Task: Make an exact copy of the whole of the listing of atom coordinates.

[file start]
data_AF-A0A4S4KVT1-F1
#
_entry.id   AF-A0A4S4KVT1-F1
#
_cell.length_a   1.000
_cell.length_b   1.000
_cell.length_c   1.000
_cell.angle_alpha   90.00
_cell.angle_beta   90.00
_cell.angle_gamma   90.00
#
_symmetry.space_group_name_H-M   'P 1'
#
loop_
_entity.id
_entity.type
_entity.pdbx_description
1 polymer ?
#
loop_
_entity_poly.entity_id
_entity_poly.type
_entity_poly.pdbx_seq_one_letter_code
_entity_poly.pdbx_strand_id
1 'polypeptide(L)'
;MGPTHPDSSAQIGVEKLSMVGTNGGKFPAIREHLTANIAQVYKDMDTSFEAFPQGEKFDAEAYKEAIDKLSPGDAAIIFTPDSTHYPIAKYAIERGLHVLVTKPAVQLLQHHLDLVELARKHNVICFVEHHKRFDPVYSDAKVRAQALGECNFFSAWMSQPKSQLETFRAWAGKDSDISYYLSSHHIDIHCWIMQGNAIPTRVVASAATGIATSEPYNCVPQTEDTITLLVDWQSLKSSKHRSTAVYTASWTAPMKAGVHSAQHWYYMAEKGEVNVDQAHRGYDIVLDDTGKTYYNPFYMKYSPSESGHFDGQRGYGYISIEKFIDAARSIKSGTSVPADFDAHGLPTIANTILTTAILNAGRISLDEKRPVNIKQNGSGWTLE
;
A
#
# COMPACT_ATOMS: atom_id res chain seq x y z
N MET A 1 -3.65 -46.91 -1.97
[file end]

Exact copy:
data_AF-A0A4S4KVT1-F1
#
_entry.id   AF-A0A4S4KVT1-F1
#
_cell.length_a   1.000
_cell.length_b   1.000
_cell.length_c   1.000
_cell.angle_alpha   90.00
_cell.angle_beta   90.00
_cell.angle_gamma   90.00
#
_symmetry.space_group_name_H-M   'P 1'
#
loop_
_entity.id
_entity.type
_entity.pdbx_description
1 polymer ?
#
loop_
_entity_poly.entity_id
_entity_poly.type
_entity_poly.pdbx_seq_one_letter_code
_entity_poly.pdbx_strand_id
1 'polypeptide(L)'
;MGPTHPDSSAQIGVEKLSMVGTNGGKFPAIREHLTANIAQVYKDMDTSFEAFPQGEKFDAEAYKEAIDKLSPGDAAIIFTPDSTHYPIAKYAIERGLHVLVTKPAVQLLQHHLDLVELARKHNVICFVEHHKRFDPVYSDAKVRAQALGECNFFSAWMSQPKSQLETFRAWAGKDSDISYYLSSHHIDIHCWIMQGNAIPTRVVASAATGIATSEPYNCVPQTEDTITLLVDWQSLKSSKHRSTAVYTASWTAPMKAGVHSAQHWYYMAEKGEVNVDQAHRGYDIVLDDTGKTYYNPFYMKYSPSESGHFDGQRGYGYISIEKFIDAARSIKSGTSVPADFDAHGLPTIANTILTTAILNAGRISLDEKRPVNIKQNGSGWTLE
;
A
#
# COMPACT_ATOMS: atom_id res chain seq x y z
N MET A 1 -3.65 -46.91 -1.97